That’s where I learned everything. I learned how to deal with a high-volume bar, with perfectionism, and with working long, long hours.
You travel the world a lot. Do you ever see yourself staying put?
I can stay here, in the Philippines.
Yes, definitely. After Dubai, I went back to my island. Then, someone whom I met in Dubai called me and said there was an opening at the Shangri-La. They invited me to design the menu, do the pre-opening, and open the lounge. It was supposed to be for three months. Then, they offered me to stay as beverage manager. So, I stayed.
It’s beautiful here. It has been a great experience, and it’s a really good company. I never worked in a hotel before, but they took me in. As you can see, my style [he shows his tattoos], they’re not really hotel-style.
I could have gone to Toronto or Sydney because I had offers there from the same company, but I chose Manila.
Why did you choose Manila?
First, I love the island life. Second, Filipino people love to enjoy life, to go out. So I knew people would listen to my suggestions, understand my passion. There are some countries where people are close-minded, but here it’s not like that. And when you look at the facilities of Shangri-La at the Fort, we have a lab where we can do anything. Since the crisis, I spend every day, between six to eight hours in our lab.
It’s my second home. I’m thinking of putting my bed there.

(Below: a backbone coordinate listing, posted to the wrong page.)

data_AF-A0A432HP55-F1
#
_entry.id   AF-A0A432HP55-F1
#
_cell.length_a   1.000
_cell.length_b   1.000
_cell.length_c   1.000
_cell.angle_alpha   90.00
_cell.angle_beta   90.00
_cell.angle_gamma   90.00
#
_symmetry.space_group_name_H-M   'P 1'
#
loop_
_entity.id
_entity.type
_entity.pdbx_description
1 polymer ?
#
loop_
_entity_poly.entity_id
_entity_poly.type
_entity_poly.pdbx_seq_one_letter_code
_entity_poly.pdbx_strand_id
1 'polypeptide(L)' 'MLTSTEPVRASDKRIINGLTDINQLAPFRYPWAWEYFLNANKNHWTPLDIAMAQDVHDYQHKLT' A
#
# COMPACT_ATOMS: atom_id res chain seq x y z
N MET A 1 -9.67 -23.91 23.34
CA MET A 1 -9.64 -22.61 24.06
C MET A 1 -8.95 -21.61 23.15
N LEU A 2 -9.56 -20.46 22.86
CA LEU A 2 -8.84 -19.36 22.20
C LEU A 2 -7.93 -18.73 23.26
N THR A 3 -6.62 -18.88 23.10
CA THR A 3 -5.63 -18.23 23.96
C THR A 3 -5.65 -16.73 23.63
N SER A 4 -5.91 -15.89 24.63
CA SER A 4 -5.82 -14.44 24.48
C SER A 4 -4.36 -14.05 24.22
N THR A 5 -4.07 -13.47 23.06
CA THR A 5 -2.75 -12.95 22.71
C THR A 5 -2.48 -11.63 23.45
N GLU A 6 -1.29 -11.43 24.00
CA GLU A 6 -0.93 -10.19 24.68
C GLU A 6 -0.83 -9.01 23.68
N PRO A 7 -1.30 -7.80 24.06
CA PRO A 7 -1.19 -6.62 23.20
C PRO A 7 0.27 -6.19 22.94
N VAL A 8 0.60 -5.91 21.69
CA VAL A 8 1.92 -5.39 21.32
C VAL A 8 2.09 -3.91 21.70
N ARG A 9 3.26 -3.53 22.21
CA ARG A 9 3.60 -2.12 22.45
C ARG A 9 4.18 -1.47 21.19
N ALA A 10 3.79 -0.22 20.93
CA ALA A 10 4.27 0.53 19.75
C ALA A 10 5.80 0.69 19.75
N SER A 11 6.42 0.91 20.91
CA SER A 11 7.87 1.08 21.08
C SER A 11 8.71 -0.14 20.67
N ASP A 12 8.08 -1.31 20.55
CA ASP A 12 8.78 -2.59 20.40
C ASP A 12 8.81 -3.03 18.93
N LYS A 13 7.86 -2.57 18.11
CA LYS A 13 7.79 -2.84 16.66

This passion of yours, do you think your subjects in chemistry, or biology, or geopolitics have helped you in any way?
Yes. All these subjects allowed me to meet different people, and to travel, which made me understand the different flavors of the world. In my job, meeting people with different minds is very important. You make drinks inspired by the places you’ve been and the people you’ve met. When you have a guest, you don’t just give them a drink. You listen to them, and you give them what you think they want to receive.
Speaking of creating drinks, how does one create drinks?
I read a lot, and I taste a lot of different flavors. I use my nose—and learn the balance of smell and taste. I also base it on feelings. You just have to try everything. It makes you know what you like and don’t like. I hate cheese, and I don’t like onions and garlic, but I try those to open my flavor profile. There is no secret. It’s really just about trying everything and opening your mind and experimenting. If you do the same thing all the time, you’re never going to progress. You need to work on it. Six, seven years ago, I was cleaning bars, now I’m a manager. It was a lot of work.
It feels like a very long process.
Well, the recipe will come quite easily. But there are other things. You have to make it right for different people. And then you think about how it’s gonna look like. Around 80% of “flavors” come from what you see. For example, I have tried so many times to create a black drink, and people just don’t want to drink a black drink.
And then you think about the menu, and how it’s gonna look like. Is it easy to understand? If your menu looks nice, and it sounds smart, but only 1% of the population will understand it, there is no point.
On the topic of people, what’s the most unforgettable moment you’ve had with a customer? What secrets have your guests told you?